Aaron Hopa, one of two divers who died under mysterious circumstances while working on a Dubai-based survey ship, was murdered, an inquest has ruled.
Hopa, son of a senior New Zealand policeman, died as a result of "an unlawful act by a person or persons unknown," coroner Edgar Bradley said.
The verdict comes 20 months after Jim Hopa launched his own investigation into the circumstances surrounding his son's death.
After the hearing in the Hopas' home town of Timaru, Jim Hopa vowed not to rest until the truth about the death of his son came out.
"Someone knows what went down, who killed the boys and for what reason," he told The New Zealand Herald newspaper.
Aaron Hopa and British diver Robert Glazzard were working on the MV Seabulk Hercules when they died. Inititally it was thought that they had drowned. Dubai police said they had fallen overboard while the ship was returning to Dubai.
Forensic tests carried out in New Zealand and Great Britain, however, showed that both men were killed before their bodies were dumped in the Gulf.
According to Christchurch forensic pathologist Dr Martin Sage, Aaron Hopa's throat injuries were of life-threatening severity, similar to those made by a karate-chop or a blow with an object.
Sage's conclusion was similar to that of a British pathologist who found that Glazzard had injuries consistent with strangulation.
Bradley said claims made earlier that Glazzard had been involved in heroin smuggling were unsubstantiated and not linked to Aaron Hopa.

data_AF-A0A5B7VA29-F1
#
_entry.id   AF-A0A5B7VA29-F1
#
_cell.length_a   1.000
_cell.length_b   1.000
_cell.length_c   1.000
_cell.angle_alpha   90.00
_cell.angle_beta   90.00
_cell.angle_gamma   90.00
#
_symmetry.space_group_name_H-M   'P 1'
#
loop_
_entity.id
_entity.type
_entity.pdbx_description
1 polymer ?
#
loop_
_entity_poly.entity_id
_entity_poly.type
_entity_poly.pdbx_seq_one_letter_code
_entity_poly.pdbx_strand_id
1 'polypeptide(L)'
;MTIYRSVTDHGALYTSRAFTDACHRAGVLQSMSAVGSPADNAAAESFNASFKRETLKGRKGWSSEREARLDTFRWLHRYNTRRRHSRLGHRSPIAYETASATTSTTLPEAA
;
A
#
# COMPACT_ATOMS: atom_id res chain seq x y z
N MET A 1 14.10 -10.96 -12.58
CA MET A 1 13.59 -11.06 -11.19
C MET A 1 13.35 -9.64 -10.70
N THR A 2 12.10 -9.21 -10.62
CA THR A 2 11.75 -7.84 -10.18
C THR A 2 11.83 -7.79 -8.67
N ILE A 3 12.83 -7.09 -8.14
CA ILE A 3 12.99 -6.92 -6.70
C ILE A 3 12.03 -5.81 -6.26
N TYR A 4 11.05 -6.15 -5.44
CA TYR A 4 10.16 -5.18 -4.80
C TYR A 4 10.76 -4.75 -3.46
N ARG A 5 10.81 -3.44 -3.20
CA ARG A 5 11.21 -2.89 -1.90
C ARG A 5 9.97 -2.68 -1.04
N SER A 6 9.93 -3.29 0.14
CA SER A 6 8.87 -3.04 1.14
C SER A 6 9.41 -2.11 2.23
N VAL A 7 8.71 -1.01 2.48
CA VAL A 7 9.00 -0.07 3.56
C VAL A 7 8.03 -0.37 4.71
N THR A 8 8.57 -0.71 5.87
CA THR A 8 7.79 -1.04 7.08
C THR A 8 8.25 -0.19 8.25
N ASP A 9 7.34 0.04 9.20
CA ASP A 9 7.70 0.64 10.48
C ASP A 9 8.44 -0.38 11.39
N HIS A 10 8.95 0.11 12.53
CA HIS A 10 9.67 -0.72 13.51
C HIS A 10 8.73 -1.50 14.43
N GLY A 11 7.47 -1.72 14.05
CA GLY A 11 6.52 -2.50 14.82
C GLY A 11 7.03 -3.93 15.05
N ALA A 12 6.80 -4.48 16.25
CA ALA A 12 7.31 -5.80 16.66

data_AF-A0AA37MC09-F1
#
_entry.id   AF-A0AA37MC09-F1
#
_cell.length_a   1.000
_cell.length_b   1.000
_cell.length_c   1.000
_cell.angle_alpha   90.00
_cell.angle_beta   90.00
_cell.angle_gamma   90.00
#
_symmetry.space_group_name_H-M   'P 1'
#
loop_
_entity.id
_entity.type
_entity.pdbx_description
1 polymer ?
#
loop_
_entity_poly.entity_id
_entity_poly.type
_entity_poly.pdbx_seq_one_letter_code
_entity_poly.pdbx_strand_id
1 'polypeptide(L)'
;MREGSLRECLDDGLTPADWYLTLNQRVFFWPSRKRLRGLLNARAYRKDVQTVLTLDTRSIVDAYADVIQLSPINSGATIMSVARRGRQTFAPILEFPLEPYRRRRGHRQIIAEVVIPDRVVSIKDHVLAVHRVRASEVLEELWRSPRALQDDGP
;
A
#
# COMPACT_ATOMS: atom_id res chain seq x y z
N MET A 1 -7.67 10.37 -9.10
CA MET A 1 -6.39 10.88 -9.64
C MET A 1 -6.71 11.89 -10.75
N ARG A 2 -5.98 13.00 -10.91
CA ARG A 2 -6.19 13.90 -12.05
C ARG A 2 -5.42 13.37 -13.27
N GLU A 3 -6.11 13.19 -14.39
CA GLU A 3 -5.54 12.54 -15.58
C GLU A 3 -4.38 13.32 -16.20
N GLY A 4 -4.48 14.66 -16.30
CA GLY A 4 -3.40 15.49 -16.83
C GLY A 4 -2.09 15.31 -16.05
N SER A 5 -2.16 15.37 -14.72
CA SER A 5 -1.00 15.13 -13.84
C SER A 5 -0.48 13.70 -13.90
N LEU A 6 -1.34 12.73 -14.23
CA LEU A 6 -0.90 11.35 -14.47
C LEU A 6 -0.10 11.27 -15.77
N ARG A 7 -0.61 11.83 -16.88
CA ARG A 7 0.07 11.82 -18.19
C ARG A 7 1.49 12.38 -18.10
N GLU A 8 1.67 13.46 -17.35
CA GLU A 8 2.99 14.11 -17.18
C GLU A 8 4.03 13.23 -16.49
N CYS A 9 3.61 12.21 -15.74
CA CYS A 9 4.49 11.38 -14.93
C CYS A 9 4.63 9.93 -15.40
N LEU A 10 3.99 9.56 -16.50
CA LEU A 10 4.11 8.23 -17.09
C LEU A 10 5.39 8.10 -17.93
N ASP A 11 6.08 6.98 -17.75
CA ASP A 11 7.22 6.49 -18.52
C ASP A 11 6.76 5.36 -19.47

At the New Zealand hearing, former Detective Inspector Dave Haslett, who travelled to Dubai to investigate Aaron Hopa's death in April 1999, said that one or more of the 28 crew knew what had happened to the divers.
"There is a distinct possibility the men were killed in their cabins during a drink-induced sleep and dumped overboard."
Dubai police have reopened their investigation, but their inquiries were hampered by the fact that the Seabulk Hercules' crew has dispersed worldwide.
Haslett's replacement, Detective Inspector Rob Pope, said it was unlikely an officer from New Zealand would return to Dubai.
The two divers had been hired by Texas-based Oceaneering International on instructions from a British company, BMT Edon Liddiard Vince.
Their job was to survey the wreck of the Kapitan Sakharov, a Russian ship which sank 80 kilometres off Dubai in 1983, following a fire or explosion. The ship's cargo was unknown but it is claimed there was something on board which was strong enough to kill fish in the area.
Logbooks say that around midnight on January 7, 1999, the two men along with 28 other crew members left Jebel Ali on board the Seabulk Hercules. They were the only industrial divers on board.
At 9am on January 10 the Seabulk Hercules returned to port. Aaron Hopa and Robert Glazzard were not declared missing until 2pm that day. At 5pm the crew was mustered. Dubai police arrived at 9pm, the ship's log shows.
According to police statements a cook and a surveyor were the last to see the divers alive. They were part of a social gathering on deck, listening to music and drinking rum.
Ten days later Glazzard's body was found floating in the West Fatah Field wearing only a pair of blue uunderpants and a watch. Six days after that Aaron Hopa's body, naked except for a bone carving round his neck, was found in the same area of the Gulf.
In statements to police, crewmen claimed that the two had fallen overboard. Non-invasive autopsies carried out locally found no evidence of foul play so the Dubai police concluded the two were victims of accidental drowning.
Jim Hopa has never accepted this explanation. During a visit to Dubai he toured the Seabulk Hercules and said the chest-high protective railings made it impossible for anyone to fall overboard in relatively calm seas.
"If you think I am going to roll over and accept that my son's death was accidental, you don't know me," Jim Hopa told Dubai police.